It’s already starting to feel like summer around here in Miami. School’s almost out, and the days are getting longer and warmer. Most of you are already planning ahead for that summer trip (not vacation, as we know when we travel with our kids). Of course, traveling with younger kids is always harder, but doesn’t always have to be if you can prepare yourself accordingly. Here are my top 5 suggestions in helping make your travel plans smoother.
1. Departure Travel Time: If you have a child that still naps, you want to try to book your flight (or departure time) around nap times. Having your child nap during the flight or car ride will not only make the travel time easier for you, but will help your child adjust to arriving to a new place without being overtired. Many parents are concerned with how to nap their baby. On the plane, anything goes! You can hold, rock, feed, or even put your little one in a carrier and walk the isle back and forth if you have to. This will not create bad habits, as it’s only a one-time scenario while traveling. Try to avoid flying in the later afternoon, which will bring them to a later bedtime in a new place. They will need time to adjust to their new sleep setting first (see below #2, and you don’t want to get there too late.
2. Sleep Space: When deciding on where you will stay, try to figure out where your baby will sleep. She does not need her own room, but if you can set up a pack-n-play in the corner or hallway of the room (away from the bed), it will help. If your child normally sleeps in a crib at home, find out if your hotel provides one, and if not make sure to bring your own pack-n-play. There are also companies that rent out baby gear. Once you get to your new sleep space, make sure to set hers up with her crib sheets, toys and blankies. Have her play in and around the area so she can familiarize herself with it before bedtime.
3. Child’s Sleep Essentials: Because you will be an unfamiliar place you want to make sure to bring as much of her sleep essentials as possible. A few good items would be: crib sheets, blankies, pacifiers, her regular bedtime books, and even a few of her favorite toys. Think of what your bedtime routine looks like at home and try to bring all the essentials that are part of it. You want to make sure she feels comfortable in her sleep space.
4. Adjust To New Time: When traveling to a different time zone, your little one will need to adjust her circadian rhythm to the new time. It is suggested to adjust to the new time immediately upon arrival. Make sure to feed and sleep her with the new time as soon as you arrive! If you arrive during the day, expose her to sunlight to help adjust her rhythm. Jetlag can last a good 3-5 days, so hang in there if those first few nights back home are rough.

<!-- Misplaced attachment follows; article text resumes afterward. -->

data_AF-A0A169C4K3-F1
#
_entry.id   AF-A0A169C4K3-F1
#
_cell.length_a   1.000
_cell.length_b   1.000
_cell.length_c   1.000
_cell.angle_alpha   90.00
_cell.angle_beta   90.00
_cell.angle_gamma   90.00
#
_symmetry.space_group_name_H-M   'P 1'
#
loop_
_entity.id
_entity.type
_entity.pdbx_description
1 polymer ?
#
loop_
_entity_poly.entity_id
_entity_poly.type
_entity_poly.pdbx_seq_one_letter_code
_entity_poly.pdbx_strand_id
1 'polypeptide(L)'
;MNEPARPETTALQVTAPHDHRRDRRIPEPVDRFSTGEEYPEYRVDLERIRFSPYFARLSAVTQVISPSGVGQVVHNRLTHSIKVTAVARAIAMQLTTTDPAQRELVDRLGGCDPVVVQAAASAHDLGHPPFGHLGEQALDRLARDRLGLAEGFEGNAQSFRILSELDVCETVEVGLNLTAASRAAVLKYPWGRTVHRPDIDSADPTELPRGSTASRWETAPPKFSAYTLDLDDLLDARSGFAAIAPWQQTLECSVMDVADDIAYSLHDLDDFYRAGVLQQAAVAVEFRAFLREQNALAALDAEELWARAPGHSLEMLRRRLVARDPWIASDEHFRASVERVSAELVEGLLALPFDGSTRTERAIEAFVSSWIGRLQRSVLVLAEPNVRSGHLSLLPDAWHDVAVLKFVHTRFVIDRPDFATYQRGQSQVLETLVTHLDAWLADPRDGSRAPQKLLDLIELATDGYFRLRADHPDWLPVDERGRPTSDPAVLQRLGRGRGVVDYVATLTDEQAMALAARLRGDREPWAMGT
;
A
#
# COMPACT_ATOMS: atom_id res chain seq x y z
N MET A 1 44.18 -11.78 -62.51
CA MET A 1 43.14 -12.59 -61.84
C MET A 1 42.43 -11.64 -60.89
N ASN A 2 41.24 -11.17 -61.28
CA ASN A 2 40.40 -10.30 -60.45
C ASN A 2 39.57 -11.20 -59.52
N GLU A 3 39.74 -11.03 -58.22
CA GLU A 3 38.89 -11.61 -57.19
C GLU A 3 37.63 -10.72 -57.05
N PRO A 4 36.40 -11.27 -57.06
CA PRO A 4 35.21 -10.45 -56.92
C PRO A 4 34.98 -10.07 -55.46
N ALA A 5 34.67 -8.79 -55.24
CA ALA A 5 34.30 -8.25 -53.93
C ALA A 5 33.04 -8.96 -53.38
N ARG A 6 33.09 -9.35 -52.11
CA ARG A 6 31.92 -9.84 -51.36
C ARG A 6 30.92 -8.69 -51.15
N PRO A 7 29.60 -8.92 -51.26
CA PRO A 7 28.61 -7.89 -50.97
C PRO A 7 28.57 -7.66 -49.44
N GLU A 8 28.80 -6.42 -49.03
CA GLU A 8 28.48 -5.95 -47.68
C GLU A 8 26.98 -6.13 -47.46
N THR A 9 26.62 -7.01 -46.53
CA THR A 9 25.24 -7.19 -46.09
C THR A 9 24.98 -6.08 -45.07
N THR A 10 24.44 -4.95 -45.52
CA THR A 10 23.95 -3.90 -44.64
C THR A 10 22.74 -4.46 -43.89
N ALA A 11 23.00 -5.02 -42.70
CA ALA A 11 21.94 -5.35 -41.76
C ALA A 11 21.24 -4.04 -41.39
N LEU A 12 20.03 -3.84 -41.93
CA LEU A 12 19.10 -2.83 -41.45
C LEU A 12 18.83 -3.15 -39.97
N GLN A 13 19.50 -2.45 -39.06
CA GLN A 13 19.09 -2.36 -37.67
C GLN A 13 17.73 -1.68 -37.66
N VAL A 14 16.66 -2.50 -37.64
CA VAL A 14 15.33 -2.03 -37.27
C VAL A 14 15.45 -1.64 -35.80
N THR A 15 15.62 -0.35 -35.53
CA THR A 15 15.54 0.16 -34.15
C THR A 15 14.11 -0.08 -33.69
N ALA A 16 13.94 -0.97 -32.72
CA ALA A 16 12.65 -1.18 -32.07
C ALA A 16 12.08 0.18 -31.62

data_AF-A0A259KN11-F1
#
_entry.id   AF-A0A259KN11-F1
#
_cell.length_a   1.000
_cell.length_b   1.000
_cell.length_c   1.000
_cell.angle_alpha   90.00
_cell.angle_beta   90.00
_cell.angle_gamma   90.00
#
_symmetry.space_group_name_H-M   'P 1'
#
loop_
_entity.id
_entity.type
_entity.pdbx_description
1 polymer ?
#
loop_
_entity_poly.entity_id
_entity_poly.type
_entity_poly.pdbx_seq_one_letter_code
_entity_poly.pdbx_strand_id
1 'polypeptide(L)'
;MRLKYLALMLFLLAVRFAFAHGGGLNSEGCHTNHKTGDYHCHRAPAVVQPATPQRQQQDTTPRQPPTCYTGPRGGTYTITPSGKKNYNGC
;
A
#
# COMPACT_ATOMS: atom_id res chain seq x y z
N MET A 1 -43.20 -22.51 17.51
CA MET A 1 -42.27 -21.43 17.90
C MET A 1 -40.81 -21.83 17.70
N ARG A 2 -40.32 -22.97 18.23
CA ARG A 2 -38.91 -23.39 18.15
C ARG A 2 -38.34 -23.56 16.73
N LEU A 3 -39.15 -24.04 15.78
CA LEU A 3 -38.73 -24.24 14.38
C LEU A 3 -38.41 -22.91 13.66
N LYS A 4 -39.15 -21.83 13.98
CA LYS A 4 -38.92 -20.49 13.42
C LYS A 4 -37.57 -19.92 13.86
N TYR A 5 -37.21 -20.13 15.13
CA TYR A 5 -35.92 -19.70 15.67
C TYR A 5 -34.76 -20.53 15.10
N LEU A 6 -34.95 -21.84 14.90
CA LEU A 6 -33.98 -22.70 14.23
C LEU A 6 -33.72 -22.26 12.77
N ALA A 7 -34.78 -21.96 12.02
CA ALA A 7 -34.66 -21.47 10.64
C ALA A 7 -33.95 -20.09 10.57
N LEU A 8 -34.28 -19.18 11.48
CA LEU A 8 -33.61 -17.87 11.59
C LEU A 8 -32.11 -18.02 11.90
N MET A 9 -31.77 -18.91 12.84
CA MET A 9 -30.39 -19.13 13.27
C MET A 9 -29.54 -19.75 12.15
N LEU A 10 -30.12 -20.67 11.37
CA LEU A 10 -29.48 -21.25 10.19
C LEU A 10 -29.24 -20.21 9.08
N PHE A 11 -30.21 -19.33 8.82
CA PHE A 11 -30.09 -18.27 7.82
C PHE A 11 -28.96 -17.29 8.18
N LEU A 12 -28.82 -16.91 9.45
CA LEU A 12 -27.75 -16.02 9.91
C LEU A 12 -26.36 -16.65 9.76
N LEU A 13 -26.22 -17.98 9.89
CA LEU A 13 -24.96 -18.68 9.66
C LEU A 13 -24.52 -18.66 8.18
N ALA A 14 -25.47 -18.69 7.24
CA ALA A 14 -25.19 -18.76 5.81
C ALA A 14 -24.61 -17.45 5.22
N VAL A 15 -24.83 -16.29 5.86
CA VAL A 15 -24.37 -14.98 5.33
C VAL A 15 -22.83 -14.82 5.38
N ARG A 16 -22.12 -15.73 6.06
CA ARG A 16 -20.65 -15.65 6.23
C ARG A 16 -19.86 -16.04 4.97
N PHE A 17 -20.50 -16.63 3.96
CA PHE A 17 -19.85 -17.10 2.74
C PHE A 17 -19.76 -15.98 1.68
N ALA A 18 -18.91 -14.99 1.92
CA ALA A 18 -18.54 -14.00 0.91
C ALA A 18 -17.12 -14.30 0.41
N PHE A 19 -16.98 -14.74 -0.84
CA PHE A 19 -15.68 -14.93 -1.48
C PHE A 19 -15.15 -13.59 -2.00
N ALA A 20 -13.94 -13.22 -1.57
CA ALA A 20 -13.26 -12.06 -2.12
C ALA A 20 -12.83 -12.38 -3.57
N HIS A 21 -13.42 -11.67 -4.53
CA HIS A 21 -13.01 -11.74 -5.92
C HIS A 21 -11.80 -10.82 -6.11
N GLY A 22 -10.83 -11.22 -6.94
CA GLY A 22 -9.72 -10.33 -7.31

5. Remain Consistent Yet Flexible: Our kids thrive on routine and predictability. They like to know what’s coming up ahead without the surprise and the unknown. This is why it’s recommended to keep to a schedule and routine daily when at home. However, it’s very hard to keep to the exact schedule when traveling, so don’t worry! Try to at least keep to the same feeding and sleeping times as best as you can. If you’re out and about and it’s time for a nap, try to sleep your child in the stroller, car, or in any means possible. Just because you aren’t home doesn’t mean she doesn’t need a nap. Adjust bedtime earlier if it’s been a day where she hasn’t napped well. If you’ve spent too many days out where all naps were short, try to stay back one day so she can nap in her sleep space and catch up on sleep. And most importantly, continue putting your child down awake at bedtime and nap time and respond consistently. If she’s between the ages of 9 months - 2 years old, she may be a little scared of her new sleep setting, and not understand what’s going on. You can provide extra support, but make sure you don’t go back to old bad habits. You can sit by her crib to provide comfort, but allow her to put herself to sleep.